Are you looking for a new pet? So ‘adopt, don’t buy’
People who want a pet are encouraged to adopt a cat or dog rather than buying one, as there are hundreds living in shelters across the island.
“Adopt, don’t buy” will be the theme of a campaign soon to be launched by the Animal Welfare Commission to ease the pressure on shelters which currently house some 200 dogs and around 1,000 cats.
The awareness campaign will consist of 10 different 30-second video clips that will be broadcast on television.
“The animals in the clips are actually those available for adoption at the Animal Welfare Sanctuary in Għammieri,” Animal Welfare Commissioner Alison Bezzina said.
She noted that the state-run foster center in Għammieri also depends on volunteers, who, along with the employees, take care of everything – from feeding and cleaning the animals to adoptions – which is why they sometimes take a long time to process an adoption application.
Before allowing someone to adopt an animal, volunteers ask questions to make sure they’re putting the animal in good hands, Bezzina said, urging people who want to adopt to be patient.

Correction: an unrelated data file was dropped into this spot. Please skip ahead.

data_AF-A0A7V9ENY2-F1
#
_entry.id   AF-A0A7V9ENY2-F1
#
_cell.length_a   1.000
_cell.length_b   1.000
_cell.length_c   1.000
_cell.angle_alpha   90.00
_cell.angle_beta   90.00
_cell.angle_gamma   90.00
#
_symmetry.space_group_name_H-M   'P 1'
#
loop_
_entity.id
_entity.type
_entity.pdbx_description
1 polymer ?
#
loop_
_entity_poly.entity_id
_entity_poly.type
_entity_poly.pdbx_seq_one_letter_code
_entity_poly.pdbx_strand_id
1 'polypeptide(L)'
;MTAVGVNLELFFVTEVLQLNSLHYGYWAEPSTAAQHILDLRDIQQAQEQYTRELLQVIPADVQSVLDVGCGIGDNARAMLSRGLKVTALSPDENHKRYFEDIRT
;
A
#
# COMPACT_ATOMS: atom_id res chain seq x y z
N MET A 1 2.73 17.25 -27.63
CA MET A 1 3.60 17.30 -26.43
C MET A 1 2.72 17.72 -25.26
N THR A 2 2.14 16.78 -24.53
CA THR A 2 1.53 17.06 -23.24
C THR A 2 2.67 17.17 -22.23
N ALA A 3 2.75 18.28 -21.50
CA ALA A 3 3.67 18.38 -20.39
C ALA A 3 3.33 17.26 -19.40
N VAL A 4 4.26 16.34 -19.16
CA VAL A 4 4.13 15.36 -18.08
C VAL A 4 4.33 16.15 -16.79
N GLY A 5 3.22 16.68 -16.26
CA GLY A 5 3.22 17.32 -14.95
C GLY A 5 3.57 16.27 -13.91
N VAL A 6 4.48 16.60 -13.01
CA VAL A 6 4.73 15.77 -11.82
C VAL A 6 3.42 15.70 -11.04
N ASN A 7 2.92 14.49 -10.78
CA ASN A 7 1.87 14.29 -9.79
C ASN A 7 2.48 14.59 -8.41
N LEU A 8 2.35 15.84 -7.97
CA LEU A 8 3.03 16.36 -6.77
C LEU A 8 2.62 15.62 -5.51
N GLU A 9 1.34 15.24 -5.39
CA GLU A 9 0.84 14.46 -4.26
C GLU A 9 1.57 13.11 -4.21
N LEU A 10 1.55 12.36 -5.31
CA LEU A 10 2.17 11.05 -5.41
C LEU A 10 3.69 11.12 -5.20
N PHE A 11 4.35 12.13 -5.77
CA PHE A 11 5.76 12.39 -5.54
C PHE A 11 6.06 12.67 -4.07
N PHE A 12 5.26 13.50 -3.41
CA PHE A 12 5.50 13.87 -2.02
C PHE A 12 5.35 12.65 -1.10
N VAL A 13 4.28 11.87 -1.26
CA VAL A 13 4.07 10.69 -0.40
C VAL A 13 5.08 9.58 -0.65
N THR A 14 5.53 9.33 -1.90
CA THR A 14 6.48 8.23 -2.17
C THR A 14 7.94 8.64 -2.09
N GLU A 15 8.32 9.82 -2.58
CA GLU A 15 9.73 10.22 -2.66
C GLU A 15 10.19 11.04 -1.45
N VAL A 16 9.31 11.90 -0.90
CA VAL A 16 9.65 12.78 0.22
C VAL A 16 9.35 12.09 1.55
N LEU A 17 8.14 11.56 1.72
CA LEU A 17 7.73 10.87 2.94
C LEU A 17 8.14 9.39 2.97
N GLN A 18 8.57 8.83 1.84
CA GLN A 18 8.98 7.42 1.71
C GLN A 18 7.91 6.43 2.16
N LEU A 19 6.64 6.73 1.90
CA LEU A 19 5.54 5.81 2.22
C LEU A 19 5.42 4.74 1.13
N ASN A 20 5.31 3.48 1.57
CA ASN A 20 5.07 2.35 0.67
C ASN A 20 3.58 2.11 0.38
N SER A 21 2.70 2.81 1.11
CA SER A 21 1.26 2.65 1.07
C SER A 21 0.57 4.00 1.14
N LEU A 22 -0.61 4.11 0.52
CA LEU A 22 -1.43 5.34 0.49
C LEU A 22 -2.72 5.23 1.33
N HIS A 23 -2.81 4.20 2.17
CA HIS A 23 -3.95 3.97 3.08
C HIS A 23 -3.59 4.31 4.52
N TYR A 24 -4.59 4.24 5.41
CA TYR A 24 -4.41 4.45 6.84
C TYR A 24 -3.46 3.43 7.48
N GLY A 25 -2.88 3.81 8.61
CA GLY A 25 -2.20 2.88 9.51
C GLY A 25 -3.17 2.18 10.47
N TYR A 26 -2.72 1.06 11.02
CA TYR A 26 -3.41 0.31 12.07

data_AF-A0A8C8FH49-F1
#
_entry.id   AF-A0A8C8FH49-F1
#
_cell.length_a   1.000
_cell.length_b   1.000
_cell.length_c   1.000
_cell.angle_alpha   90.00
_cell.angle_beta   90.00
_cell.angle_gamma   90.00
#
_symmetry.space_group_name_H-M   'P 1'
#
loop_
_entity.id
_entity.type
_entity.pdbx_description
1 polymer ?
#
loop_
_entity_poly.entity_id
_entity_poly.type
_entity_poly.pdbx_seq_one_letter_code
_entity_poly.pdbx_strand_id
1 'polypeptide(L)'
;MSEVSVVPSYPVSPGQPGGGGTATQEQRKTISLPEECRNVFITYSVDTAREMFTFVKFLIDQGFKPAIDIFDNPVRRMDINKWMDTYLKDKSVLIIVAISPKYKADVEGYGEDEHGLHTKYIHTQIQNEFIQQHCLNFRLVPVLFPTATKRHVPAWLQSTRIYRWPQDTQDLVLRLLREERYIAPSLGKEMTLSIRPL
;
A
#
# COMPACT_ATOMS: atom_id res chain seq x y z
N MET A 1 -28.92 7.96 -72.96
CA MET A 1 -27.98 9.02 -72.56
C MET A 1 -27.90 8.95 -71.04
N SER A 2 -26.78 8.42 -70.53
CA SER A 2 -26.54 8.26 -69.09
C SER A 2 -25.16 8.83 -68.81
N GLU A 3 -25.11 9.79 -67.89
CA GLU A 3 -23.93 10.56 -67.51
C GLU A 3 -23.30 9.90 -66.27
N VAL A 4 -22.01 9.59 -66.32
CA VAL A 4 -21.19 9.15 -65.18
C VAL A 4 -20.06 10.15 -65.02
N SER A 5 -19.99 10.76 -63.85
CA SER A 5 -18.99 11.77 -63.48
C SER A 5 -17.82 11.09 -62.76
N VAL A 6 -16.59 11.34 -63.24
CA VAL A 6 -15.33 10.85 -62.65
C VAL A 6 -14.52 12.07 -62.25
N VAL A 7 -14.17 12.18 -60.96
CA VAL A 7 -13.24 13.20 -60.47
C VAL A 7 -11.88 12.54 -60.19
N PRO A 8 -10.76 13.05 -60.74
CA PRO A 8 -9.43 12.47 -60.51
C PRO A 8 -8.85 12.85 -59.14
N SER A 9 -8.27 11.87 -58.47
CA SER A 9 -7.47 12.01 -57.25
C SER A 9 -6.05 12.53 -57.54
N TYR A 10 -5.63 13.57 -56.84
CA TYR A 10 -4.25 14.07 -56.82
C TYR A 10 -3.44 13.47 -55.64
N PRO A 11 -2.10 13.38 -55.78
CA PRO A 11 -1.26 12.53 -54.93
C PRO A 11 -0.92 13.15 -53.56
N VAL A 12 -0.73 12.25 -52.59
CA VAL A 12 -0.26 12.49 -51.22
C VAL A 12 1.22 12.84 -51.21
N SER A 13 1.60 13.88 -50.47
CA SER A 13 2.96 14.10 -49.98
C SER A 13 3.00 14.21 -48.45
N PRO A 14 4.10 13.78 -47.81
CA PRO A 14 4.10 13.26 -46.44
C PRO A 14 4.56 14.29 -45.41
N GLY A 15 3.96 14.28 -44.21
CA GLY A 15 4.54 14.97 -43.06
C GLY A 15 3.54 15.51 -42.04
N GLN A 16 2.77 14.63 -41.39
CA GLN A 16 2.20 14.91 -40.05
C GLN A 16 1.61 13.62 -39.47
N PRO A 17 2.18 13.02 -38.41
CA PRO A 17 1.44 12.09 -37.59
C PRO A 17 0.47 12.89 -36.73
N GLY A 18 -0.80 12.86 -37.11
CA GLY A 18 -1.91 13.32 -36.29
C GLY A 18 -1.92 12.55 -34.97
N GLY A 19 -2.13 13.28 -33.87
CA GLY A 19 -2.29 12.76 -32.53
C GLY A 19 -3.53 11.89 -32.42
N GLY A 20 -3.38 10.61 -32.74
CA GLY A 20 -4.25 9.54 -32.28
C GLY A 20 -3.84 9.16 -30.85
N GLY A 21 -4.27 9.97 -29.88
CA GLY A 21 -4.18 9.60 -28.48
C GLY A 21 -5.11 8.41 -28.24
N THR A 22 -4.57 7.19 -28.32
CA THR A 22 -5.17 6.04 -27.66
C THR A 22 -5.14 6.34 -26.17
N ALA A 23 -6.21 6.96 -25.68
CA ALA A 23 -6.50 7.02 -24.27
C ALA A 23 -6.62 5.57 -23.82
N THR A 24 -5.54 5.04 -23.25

As the world celebrates World Animal Day today, Bezzina, who took on the role of Animal Welfare Commissioner at the end of 2020, noted that she has long been calling for increased space at Għammieri.
Stray dogs are being turned away from the sanctuary because it already houses double the number of animals it can accommodate.
Lack of space at the shelter, which is run by the Animal Welfare Branch, was described in the management’s annual report as one of the main factors hampering the management’s operations.
“Space is increased but delivery is slow. This leads to situations where only injured animals can be rescued and others roam the streets,” Bezzina said.
The government has promised to provide additional spaces by the end of the year.
Another pressing issue is the need to regulate and control animal husbandry.
“We can have all the space in the world, but if we don’t stop the flow from above, it will never be enough,” she stressed.
The management report had also pointed to understaffing and reliance on volunteers.
To adopt an animal as a pet, call 2292 8615.
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